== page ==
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In the town hall, you may have heard me referencing a timeout issue when loading all people from the API and trying to iterate over them. If you are running into this issue on other content-types, let me know and we can file some tickets against it.
As a note, the /people/@all service is the mechanism for loading all users in an efficient manner for pagination without running into timeouts due to the cache paging/loading.
Yes, that was it.
We do see this on other APIs, specifically documents and statics.
Ryan, we have opened some cases on this; the suggestion was to iterate down until we're requesting one piece of content at a time to work around the timeout. Stefan and Joseph are the ones experiencing this directly, so I hope they can give you some more context.
On both the /contents and /statics endpoints, I get a "504 Gateway Time-out" when the startIndex parameter exceeds certain limits.
For example, a GET on /contents?startIndex=130000&count=100 API, returns a "Gateway Time-out" response for cisco.jiveon.com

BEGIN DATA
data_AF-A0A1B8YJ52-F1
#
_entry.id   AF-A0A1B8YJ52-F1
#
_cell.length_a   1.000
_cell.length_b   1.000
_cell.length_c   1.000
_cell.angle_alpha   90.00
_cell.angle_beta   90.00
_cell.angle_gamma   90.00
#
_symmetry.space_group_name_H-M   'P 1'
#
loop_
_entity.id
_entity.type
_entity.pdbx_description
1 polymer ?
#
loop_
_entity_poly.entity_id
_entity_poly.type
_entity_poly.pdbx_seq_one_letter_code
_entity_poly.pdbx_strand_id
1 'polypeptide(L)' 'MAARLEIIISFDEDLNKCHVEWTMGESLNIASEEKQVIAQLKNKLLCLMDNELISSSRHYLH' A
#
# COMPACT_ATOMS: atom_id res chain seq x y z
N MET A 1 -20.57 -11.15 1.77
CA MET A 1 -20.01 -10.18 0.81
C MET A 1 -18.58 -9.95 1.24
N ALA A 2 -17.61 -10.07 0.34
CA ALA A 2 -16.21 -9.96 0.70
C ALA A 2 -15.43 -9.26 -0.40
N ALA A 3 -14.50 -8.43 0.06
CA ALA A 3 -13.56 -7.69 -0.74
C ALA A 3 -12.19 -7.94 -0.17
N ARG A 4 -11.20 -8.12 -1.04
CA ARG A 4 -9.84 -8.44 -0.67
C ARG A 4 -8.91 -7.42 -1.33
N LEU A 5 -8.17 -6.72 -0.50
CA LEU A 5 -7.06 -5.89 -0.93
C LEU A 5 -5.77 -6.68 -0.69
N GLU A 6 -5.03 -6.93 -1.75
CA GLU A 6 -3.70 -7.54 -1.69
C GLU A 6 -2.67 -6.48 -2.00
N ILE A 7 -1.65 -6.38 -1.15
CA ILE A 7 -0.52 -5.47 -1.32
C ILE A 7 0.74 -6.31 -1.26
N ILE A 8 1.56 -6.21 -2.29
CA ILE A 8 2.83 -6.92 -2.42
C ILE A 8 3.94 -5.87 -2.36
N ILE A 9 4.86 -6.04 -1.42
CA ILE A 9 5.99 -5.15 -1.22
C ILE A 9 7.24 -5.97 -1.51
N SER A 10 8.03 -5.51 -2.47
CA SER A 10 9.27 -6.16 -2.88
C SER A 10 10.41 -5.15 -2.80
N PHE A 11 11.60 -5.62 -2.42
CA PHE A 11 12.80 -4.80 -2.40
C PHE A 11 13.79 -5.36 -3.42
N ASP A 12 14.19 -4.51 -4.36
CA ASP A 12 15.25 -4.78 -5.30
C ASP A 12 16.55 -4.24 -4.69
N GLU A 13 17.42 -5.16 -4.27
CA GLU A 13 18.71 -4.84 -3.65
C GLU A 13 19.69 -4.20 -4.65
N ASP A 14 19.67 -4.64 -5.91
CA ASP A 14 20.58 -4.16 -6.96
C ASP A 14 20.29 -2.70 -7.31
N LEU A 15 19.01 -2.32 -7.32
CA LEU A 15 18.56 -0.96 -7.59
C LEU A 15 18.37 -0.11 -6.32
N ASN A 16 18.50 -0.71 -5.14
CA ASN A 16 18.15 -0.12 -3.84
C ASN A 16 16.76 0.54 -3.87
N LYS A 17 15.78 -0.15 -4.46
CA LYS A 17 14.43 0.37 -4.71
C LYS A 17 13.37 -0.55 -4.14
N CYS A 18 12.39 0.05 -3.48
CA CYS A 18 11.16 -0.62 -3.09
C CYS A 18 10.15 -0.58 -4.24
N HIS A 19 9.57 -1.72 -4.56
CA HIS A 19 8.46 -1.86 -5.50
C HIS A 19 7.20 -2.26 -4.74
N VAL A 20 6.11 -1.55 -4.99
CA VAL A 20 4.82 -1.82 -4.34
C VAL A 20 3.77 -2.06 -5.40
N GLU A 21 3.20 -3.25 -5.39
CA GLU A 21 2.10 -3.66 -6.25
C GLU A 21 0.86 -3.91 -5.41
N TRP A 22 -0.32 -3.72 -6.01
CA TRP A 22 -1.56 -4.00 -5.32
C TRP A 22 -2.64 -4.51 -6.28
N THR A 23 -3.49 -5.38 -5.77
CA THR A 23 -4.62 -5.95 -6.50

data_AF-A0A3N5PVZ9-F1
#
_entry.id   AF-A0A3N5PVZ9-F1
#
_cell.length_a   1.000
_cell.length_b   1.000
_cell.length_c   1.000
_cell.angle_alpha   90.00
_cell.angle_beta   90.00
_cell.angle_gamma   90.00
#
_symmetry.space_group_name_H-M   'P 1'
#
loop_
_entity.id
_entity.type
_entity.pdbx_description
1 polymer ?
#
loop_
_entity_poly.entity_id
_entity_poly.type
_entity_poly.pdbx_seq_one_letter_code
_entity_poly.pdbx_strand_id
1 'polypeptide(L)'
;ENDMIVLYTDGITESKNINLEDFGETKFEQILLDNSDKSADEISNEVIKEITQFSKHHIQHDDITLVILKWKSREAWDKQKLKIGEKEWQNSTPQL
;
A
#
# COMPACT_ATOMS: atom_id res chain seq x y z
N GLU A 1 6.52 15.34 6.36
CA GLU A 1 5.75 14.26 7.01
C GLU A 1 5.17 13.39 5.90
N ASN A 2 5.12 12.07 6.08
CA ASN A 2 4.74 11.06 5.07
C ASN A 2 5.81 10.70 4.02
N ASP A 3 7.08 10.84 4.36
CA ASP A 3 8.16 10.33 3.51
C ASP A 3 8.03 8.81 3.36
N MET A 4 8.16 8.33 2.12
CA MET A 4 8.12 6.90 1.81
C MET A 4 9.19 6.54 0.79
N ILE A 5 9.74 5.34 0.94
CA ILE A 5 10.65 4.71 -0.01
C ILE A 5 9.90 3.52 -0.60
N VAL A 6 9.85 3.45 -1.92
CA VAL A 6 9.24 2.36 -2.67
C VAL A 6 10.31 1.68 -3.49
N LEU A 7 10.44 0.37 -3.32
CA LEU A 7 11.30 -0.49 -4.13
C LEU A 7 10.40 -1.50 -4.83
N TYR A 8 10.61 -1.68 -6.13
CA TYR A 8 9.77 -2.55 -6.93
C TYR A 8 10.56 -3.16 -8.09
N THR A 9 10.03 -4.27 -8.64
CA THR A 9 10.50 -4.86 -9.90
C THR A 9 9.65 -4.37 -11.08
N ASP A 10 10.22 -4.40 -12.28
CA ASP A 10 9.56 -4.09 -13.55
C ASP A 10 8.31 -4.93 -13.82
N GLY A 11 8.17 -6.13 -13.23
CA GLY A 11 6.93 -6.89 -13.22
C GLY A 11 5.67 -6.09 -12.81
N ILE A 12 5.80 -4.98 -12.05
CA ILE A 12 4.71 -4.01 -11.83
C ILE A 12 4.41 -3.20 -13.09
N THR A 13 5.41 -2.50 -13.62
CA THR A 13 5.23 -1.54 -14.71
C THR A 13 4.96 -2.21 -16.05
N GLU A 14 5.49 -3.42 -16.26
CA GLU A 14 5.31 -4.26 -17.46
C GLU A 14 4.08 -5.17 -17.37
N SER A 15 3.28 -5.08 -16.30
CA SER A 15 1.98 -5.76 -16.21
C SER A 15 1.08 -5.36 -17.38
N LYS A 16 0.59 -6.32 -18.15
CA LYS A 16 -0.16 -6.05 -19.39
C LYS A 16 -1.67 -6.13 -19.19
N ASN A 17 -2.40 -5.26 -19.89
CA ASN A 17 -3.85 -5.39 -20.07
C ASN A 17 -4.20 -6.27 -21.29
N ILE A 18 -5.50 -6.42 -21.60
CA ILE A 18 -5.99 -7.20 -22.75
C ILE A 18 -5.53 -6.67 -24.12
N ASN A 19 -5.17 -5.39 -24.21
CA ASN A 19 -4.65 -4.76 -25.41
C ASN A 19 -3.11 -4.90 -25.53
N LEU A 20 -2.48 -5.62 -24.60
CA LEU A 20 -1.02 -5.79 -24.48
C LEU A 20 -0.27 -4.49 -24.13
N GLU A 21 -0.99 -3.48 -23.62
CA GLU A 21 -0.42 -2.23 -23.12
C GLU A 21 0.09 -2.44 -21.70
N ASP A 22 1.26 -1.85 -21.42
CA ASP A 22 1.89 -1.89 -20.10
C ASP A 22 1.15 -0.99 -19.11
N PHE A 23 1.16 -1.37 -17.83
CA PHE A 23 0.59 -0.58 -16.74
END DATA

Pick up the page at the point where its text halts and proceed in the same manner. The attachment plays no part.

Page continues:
Following a suggestion from Gateway Timeout Error , if I decrease the "count" parameter to 50, 25... down to 1, I still get the same error. This suggests that it's not a specific content that has a problem or the large number of content requested but with the "startIndex" parameter being high.
Assuming that the content at startIndex=130000 has a problem, increasing the startIndex further(to try to skip the problem), returns the same "504 Gateway Time-out."
Likewise for /statics.
Please note, depending on the response time of Jive at the time of the query, the startIndex that times out can fluctuate to lower numbers(e.g. 20000).
jzawadzk - I believe you experienced a Time-out with a lower count?
Yes, this is a known catch that happens when results are loaded into cache and paged through for return. If the server is slammed, then it will be able to process fewer results before the request timeout hits. As discussed at JiveWorld, we need to get issues logged for your scenarios and look into implementing similar patterns to the @all service that go straight to response rather than through the intermediary cache. It's worth noting that the API cache design works extremely well for targeting content ... However when loading extra large data sets (such as a comprehensive list of content/users), it tends to break down given the operations can't complete before the request timeout hits. If given the time, it would complete however each iteration would take a little longer than the previous (all thing beings equal).
Let's start with the tickets you've filed and we can go from there.